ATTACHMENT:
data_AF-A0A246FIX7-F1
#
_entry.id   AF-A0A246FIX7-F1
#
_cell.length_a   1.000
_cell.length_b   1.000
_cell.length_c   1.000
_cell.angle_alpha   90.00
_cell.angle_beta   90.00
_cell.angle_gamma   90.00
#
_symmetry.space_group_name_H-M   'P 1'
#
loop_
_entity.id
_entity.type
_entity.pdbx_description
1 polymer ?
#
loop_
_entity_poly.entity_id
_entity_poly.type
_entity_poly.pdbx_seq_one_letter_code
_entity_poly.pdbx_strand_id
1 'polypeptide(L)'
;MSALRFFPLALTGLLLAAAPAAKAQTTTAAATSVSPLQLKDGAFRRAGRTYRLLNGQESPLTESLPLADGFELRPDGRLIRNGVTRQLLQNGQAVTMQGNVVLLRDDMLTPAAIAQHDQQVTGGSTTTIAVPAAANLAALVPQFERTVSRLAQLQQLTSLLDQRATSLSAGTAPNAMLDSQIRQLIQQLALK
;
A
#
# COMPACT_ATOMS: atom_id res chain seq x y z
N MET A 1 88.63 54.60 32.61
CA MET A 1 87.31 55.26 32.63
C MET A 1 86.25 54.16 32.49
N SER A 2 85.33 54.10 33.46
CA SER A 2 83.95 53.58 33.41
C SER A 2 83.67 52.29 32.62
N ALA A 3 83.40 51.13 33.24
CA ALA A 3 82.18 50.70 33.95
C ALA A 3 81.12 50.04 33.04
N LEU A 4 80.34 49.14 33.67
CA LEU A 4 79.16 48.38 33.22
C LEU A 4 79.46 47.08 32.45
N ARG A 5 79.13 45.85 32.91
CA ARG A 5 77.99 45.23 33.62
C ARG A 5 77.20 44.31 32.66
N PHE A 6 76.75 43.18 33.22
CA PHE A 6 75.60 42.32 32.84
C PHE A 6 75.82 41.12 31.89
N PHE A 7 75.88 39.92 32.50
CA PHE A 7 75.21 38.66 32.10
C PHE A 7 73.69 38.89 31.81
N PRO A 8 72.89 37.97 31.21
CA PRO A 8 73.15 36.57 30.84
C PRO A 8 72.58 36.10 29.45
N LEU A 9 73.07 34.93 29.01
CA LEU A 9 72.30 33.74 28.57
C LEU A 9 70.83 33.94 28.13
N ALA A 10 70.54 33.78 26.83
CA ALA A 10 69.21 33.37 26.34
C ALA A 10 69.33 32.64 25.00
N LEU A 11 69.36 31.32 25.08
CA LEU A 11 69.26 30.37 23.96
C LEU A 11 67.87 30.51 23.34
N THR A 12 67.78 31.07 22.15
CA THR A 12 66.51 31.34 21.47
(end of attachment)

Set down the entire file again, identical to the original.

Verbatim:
data_AF-A0A246FIX7-F1
#
_entry.id   AF-A0A246FIX7-F1
#
_cell.length_a   1.000
_cell.length_b   1.000
_cell.length_c   1.000
_cell.angle_alpha   90.00
_cell.angle_beta   90.00
_cell.angle_gamma   90.00
#
_symmetry.space_group_name_H-M   'P 1'
#
loop_
_entity.id
_entity.type
_entity.pdbx_description
1 polymer ?
#
loop_
_entity_poly.entity_id
_entity_poly.type
_entity_poly.pdbx_seq_one_letter_code
_entity_poly.pdbx_strand_id
1 'polypeptide(L)'
;MSALRFFPLALTGLLLAAAPAAKAQTTTAAATSVSPLQLKDGAFRRAGRTYRLLNGQESPLTESLPLADGFELRPDGRLIRNGVTRQLLQNGQAVTMQGNVVLLRDDMLTPAAIAQHDQQVTGGSTTTIAVPAAANLAALVPQFERTVSRLAQLQQLTSLLDQRATSLSAGTAPNAMLDSQIRQLIQQLALK
;
A
#
# COMPACT_ATOMS: atom_id res chain seq x y z
N MET A 1 88.63 54.60 32.61
CA MET A 1 87.31 55.26 32.63
C MET A 1 86.25 54.16 32.49
N SER A 2 85.33 54.10 33.46
CA SER A 2 83.95 53.58 33.41
C SER A 2 83.67 52.29 32.62
N ALA A 3 83.40 51.13 33.24
CA ALA A 3 82.18 50.70 33.95
C ALA A 3 81.12 50.04 33.04
N LEU A 4 80.34 49.14 33.67
CA LEU A 4 79.16 48.38 33.22
C LEU A 4 79.46 47.08 32.45
N ARG A 5 79.13 45.85 32.91
CA ARG A 5 77.99 45.23 33.62
C ARG A 5 77.20 44.31 32.66
N PHE A 6 76.75 43.18 33.22
CA PHE A 6 75.60 42.32 32.84
C PHE A 6 75.82 41.12 31.89
N PHE A 7 75.88 39.92 32.50
CA PHE A 7 75.21 38.66 32.10
C PHE A 7 73.69 38.89 31.81
N PRO A 8 72.89 37.97 31.21
CA PRO A 8 73.15 36.57 30.84
C PRO A 8 72.58 36.10 29.45
N LEU A 9 73.07 34.93 29.01
CA LEU A 9 72.30 33.74 28.57
C LEU A 9 70.83 33.94 28.13
N ALA A 10 70.54 33.78 26.83
CA ALA A 10 69.21 33.37 26.34
C ALA A 10 69.33 32.64 25.00
N LEU A 11 69.36 31.32 25.08
CA LEU A 11 69.26 30.37 23.96
C LEU A 11 67.87 30.51 23.34
N THR A 12 67.78 31.07 22.15
CA THR A 12 66.51 31.34 21.47